Chicago police officers likely didn’t see train that killed them

CHICAGO — Two Chicago police officers struck and killed by a commuter train Monday night may have never heard it coming, according to experts and body cam video recovered at the scene.

Around 6 p.m. Monday, 5th District Officers Eduardo Marmolejo, 36,  and Conrad Gary, 31, chased a shooting suspect onto train tracks on the Far South Side, and were subsequently hit by a passing NICTD-Indiana South Shore train near 103rd Street and Cottage Grove Avenue.

A limited amount of body cam video recovered at the scene allowed investigators to shed some light on what went wrong. Marmolejo and Gary responded to the area after Shotspotter technology detected the sound of gunfire. After arriving on the scene, they followed a suspect up an embankment and onto an elevated section of southbound Metra tracks.

According to police spokesman Anthony Guglielmi, the video indicates the officers "clearly acknowledge" a northbound train headed in their direction while standing on the southbound tracks. However, they were apparently unaware of a southbound train bearing down on them from the opposite direction, moving at speeds in excess of 60 mph.

"They must have thought the sound they heard was the northbound train," Guglielmi said. "They must have missed the sound of the train right behind them."

Passing trains are supposed to dim their lights. Apparently one did, and the other did not.

Metra spokesman Michael Gillis said the transit agency was never notified that the officers were on the tracks, and since they handle dispatch at that location, they could not pass word on to the South Shore train operators that officers were on the tracks. Chicago police have called to ask Metra to stop or slow trains, he said, but that may not happen every time officers are near their tracks.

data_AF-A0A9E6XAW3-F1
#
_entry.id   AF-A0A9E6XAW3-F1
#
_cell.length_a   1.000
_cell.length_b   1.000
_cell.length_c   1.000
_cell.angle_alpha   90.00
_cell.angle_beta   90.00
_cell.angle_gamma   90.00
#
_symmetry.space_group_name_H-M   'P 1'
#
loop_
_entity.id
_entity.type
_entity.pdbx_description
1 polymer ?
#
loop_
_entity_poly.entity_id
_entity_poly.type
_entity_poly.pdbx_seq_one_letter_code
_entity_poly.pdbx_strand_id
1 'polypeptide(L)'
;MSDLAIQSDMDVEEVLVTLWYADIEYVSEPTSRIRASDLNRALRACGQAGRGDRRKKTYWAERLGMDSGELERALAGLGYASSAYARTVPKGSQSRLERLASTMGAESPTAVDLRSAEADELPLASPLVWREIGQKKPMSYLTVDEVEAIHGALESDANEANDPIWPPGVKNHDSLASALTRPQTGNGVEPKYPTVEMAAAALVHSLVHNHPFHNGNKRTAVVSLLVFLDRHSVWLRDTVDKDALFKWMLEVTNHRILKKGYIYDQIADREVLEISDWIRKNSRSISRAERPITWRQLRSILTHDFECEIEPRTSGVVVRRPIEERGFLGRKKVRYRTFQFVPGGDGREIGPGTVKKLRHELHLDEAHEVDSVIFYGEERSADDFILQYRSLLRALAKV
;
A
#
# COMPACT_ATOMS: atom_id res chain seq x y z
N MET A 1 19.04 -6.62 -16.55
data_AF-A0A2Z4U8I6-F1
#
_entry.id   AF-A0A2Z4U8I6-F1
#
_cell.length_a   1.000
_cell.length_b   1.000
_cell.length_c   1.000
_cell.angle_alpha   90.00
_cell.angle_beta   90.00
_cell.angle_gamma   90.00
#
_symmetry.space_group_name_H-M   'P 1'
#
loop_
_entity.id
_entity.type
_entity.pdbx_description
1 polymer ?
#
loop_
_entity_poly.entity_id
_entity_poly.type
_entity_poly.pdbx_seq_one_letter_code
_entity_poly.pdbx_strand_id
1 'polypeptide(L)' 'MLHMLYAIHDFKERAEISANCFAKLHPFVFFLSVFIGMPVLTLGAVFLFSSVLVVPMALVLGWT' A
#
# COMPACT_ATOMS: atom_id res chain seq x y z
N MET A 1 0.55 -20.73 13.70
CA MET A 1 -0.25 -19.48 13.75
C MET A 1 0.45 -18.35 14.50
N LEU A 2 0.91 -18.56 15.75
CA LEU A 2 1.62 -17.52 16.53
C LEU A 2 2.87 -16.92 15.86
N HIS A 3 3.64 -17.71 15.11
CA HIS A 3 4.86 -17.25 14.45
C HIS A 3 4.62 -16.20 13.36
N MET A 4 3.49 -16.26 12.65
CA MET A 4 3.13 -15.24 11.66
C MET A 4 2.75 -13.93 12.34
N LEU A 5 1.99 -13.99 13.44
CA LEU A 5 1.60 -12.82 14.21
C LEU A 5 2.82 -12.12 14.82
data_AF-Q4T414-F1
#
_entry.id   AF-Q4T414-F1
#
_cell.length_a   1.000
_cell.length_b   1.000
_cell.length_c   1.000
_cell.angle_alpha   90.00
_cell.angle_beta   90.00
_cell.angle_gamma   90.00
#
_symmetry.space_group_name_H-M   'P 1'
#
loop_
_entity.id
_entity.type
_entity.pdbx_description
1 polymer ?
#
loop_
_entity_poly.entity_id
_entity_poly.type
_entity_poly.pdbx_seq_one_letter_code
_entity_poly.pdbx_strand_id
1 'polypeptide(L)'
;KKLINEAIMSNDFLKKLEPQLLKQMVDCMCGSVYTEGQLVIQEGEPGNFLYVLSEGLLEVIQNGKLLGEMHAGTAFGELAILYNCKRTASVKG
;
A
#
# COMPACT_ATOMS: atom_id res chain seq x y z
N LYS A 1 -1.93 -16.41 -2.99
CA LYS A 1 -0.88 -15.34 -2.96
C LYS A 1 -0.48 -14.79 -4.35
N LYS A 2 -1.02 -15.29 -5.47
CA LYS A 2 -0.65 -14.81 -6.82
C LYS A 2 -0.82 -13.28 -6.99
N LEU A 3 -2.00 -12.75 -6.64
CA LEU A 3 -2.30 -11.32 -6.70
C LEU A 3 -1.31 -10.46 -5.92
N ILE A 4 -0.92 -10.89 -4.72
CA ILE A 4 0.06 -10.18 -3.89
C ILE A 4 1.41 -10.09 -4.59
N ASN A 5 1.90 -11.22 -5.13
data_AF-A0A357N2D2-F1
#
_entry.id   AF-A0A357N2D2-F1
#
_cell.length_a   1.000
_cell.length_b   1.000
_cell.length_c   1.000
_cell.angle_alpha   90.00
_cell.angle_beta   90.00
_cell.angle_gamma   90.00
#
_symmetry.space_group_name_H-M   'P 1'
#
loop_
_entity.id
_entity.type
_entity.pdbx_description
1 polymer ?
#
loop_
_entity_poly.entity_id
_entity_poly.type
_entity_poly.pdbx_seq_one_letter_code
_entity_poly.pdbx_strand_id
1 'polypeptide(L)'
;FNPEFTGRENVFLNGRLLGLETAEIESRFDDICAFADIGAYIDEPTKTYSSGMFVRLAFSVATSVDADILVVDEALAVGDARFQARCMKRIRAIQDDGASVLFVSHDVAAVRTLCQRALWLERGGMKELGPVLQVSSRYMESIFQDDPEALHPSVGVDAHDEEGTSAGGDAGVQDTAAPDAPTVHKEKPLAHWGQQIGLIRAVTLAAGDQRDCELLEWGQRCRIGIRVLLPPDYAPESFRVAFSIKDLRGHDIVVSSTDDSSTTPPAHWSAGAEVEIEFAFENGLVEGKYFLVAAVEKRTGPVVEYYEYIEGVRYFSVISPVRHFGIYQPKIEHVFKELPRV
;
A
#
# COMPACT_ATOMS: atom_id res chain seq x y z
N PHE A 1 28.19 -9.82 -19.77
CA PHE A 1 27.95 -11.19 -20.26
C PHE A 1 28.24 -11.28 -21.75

Transportation expert Professor Joe Schwieterman of DePaul University says it's not shocking the officers didn't hear the train coming, since there is a high density of train activity there. He says their sensory perceptions were likely limited as they focused on locating a suspect at night.

"The railroad route is quieter than usual because it's electrical railroads, you don't have the noise of the diesel locomotives; it's also one of the busiest routes, with trains passing each other at a fairly high speed," Schwieterman said.

An autopsy performed Tuesday indicated Mamolejo and Gary both died of "multiple injuries" after they were struck by the train.

CPD Supt. Eddie Johnson led a delegation of the department's command staff to search the area along the tracks to recover the officers' remains. Guglielmi said Johnson also met with the families of the two officers. Officers and firefighters lined the Dan Ryan as their bodies were taken to the Medical Examiner's Office.

"These brave young men were consumed with identifying a potential threat," Johnson said late Monday.

The man they were pursuing was taken into custody by other officers a short time later, and a gun was recovered near where the officers were struck. Police say a gun was recovered along with spent shell casings at the scene. Charges are expected soon, sources say, and could range from unauthorized use of a weapon to some form of murder charges.

The tragedy bears similarities to the 2002 death of Chicago Police Officer Benjamin Perez, who was fatally struck by a commuter train while conducting surveillance on narcotics activity on the city's West Side.

Both officers were relatively new to CPD, Marmolejo serving for just over two years, while Gary had been on the force for 18 months. Officer Marmolejo leaves behind a wife and three young daughters, and Officer Gary a wife and six-month-old daughter.

Four Chicago police officers now have been killed in the line of duty this year, the highest number since five were killed in 2010.

"I think it's really important that we put our arms around the Chicago Police Department and hold them up and support them at this critical juncture, because we are so dependent on their professionalism and their sense of duty," Chicago Mayor Rahm Emanuel said Monday.

Organizations that support fallen officers and their family include the 100 Club, and GoFundMe pages have been set up for the families of both Gary and Marmolejo.